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Review: Humanz Proves Gorillaz Are Better With Damon Albarn Out of the Spotlight

Pop quiz: name the four members of Gorillaz. Nearly twenty years after their creation by Britpop war vet Damon Albarn and indie comic book artist Jamie Hewlett, the cartoon angle of the pop art project has never quite factored into the group’s fandom, which hasn’t stopped them from outselling Albarn’s previous band by millions of copies. A cartoon band wasn’t quite a novel idea—though one imagines what the Archies might have been like with Gorillaz’s star power—but Albarn did expertly anticipate the 21st century’s iTunes shuffle aesthetic/ omnivore producer trend with the project, finding peers with Diplo, Danger Mouse, Dr. Luke and Jack Antonoff. He could place rappers—be it De La Soul, Kano or Mos Def—in a pop setting without making them sound like sellouts. And unlike the old soul mausoleums erected by the likes of Joe Henry and Jack White, Albarn knew how to slot the likes of Bobby Womack, Ibrahim Ferrer and Ike Turner into a more carnivalesque setting.

Seven years since the iPad-made The Fall, Gorillaz return with the 20-track Humanz, and again their rolodex weighs a ton. A music festival in and of itself, the roster includes stars such as Grace Jones, Kelela, Mavis Staples, Pusha T, Vince Staples, Danny Brown, D.R.A.M., Savages’ Jenny Beth, Benjamin Clementine and Jamie Principle, who all lend Gorillaz their voices. (And, if it were uncertain just who won the Britpop wars of yore, Noel Gallagher winds up in a supporting role.) In the press rollout, the album is posited as an imagining of “an apocalyptic event — the election of Donald J. Drumpf — and the possible reactions to it,” and in emphasizing dance music more this go-round, foregrounds the dance floor as a meeting ground for the disenfranchised, “a positive thing in a quite grim world.”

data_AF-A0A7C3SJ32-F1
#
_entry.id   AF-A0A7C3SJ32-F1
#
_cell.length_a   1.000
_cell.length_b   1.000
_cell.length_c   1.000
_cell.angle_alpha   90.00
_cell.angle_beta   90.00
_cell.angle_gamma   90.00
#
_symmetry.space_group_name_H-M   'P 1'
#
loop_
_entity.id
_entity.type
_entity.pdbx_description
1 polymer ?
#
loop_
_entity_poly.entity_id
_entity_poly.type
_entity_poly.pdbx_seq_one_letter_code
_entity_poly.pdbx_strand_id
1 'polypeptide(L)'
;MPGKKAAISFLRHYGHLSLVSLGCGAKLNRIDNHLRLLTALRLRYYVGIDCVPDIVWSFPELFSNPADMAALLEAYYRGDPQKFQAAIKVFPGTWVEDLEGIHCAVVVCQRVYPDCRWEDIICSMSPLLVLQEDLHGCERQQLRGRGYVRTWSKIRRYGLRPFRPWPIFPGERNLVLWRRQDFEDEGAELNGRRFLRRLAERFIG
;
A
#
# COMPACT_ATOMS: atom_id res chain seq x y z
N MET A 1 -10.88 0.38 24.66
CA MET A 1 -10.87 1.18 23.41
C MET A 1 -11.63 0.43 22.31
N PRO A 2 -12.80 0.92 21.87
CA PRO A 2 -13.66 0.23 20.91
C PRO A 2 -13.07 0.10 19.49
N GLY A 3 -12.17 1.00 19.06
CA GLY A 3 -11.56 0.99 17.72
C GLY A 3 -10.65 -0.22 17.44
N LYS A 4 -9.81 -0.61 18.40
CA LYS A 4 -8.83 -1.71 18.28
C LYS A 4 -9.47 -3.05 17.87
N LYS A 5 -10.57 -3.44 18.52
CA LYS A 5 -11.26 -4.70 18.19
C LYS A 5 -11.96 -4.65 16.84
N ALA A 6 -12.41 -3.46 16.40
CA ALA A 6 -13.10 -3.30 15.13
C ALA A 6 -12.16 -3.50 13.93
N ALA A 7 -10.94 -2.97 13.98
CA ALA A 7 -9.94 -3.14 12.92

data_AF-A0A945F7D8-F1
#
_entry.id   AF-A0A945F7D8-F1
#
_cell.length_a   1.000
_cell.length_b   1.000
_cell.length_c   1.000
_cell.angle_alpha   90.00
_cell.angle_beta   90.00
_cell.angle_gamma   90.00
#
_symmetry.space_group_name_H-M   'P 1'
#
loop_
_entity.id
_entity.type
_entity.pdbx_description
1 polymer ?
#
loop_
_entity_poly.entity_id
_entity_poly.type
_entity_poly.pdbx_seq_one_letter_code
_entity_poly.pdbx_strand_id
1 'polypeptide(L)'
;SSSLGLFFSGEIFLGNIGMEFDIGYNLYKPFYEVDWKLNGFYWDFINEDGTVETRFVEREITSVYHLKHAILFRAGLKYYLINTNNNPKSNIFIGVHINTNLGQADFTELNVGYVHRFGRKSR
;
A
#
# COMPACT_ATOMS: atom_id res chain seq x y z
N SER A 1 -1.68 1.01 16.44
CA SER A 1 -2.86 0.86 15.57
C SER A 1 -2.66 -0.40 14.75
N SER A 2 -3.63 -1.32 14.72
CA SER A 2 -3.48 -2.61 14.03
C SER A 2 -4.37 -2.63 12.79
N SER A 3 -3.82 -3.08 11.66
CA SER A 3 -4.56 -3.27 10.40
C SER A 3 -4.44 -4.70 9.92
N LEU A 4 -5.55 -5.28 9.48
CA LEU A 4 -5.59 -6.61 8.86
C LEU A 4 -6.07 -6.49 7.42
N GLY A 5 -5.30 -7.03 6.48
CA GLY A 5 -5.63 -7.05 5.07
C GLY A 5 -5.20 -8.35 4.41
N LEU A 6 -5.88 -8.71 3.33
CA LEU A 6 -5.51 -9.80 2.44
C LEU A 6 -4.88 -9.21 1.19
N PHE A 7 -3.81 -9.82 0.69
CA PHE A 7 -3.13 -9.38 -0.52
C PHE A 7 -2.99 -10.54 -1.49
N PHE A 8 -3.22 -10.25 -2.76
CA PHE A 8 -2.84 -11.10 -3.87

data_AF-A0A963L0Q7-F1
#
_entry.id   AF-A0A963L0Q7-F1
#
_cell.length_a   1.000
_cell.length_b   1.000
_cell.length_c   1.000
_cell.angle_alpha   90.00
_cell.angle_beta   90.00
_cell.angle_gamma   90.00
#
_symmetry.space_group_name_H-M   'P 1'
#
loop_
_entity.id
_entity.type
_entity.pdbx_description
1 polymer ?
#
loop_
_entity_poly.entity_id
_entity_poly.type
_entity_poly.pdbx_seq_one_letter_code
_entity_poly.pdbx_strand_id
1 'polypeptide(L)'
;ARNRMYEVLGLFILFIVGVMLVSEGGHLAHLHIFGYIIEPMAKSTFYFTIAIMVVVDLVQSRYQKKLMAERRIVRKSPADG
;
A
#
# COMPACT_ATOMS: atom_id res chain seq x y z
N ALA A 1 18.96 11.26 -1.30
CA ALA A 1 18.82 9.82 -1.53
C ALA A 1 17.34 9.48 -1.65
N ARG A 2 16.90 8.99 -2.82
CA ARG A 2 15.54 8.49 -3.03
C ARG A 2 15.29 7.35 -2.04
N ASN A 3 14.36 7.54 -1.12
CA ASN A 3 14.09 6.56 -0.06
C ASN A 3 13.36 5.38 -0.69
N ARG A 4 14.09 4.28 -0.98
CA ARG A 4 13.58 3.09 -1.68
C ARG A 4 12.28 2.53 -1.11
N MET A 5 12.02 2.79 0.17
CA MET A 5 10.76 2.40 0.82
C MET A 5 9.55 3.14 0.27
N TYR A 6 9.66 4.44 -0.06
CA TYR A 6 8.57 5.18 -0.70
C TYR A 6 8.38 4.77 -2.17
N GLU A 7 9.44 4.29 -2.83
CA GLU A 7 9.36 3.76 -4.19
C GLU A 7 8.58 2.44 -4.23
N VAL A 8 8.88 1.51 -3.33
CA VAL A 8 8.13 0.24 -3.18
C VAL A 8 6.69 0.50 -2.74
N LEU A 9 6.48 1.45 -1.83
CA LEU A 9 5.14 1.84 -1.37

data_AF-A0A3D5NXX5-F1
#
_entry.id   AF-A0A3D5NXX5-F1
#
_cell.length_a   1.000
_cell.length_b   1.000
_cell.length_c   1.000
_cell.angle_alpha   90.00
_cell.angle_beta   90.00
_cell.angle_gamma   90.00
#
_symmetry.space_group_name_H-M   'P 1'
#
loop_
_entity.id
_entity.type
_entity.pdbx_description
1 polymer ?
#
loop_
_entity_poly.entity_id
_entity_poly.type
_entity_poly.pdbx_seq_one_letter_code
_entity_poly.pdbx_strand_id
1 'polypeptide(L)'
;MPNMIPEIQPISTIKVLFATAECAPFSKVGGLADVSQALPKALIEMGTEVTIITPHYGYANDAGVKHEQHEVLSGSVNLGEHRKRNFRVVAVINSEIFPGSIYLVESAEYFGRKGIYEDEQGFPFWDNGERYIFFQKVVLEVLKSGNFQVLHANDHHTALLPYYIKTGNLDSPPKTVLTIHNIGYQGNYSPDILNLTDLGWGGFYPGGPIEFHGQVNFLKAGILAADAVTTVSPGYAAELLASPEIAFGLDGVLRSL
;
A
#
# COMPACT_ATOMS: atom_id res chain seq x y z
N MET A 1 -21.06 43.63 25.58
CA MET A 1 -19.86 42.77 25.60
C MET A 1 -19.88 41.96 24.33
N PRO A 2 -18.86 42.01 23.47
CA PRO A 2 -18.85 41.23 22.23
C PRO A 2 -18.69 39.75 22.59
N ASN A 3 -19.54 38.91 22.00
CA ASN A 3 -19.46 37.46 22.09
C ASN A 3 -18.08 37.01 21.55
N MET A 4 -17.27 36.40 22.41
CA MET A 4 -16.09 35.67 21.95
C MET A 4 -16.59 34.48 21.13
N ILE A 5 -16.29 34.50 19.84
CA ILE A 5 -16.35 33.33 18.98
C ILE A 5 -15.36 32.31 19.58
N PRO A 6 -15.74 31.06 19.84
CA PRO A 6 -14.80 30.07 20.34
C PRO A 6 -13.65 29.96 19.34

But while Albarn the synergizer of pop, hip-hop, dance, soul and gospel remains intact, Albarn the forlorn vocalist is the weakest link here. On album standout “Let Me Out,” he nearly douses the cross-generational sparks between Pusha and Mavis Staples. Pusha pleas with lines like “Promise me I won’t outlive my nephew and my niece” and Mavis provides the profound refrain of “You got to die a little / If you want to live.” Then, there’s Albarn tossing in soggy bits like “Yeah, yeah, yeah, it’s a shift in times/But I won’t get tired at all.”

As guests deliver some of their most bruising lines from behind the Gorillaz’s scrim, Albarn is there to dull the blows. Take Vince Staples’ turn on “Ascension”: “This the land of the free… Where you can live your dreams long as you don’t look like me/ Be a puppet on a string, hanging from a fucking tree.” So does the song really need a mumble rap from Albarn about “it’s slipping my mind / oh, when I’m drunk/ I’m spirited back” to counter Staples’s vitriol? Rather than strike a balance, Albarn only dilutes the anger, the aural equivalent of saying “All lives matter.”

For all the talk paid to how Humanz is Gorillaz’s dance album, the beats generally don’t quite scan as such. De La Soul return, but rather than deliver “Feel Good Inc. Pt. II,” “Momentz” is a low point for the storied trio and cartoon band both, their Auto-Tuned vocals and Dance Dance Revolution backdrop making for a forgettable moment. The D.R.A.M. collaboration “Andromeda” is named for an old soul club from Albarn’s youth, but the pitter-patter of the beat won’t soon translate to a dance floor.

While Gorillaz waste Grace Jones’s growl on “Charger,” they thankfully tap future R&B singer Kelela for the digital skank of “Submission,” as we await her Warp Records debut. And in recruiting deep house stalwart Peven Everett for “Strobelite,” Gorillaz come closest to the mark of making a club track. The beat is standard fare but Everett—who’s voiced numerous tracks for garage house master Roy Davis Jr.—lends his key stabs and soulful entreaties to the track, adding much-needed gravitas. He worries that as humans, we’re sliding irreversibly towards heartlessness and an obsidian public face. But he also sees a solution: “Slide the light off you/ You may find some peace,” Everett sings. It’s a strategy that’s worked splendidly for Albarn in the past, and when he stays away from the light and the mic, Humanz shines.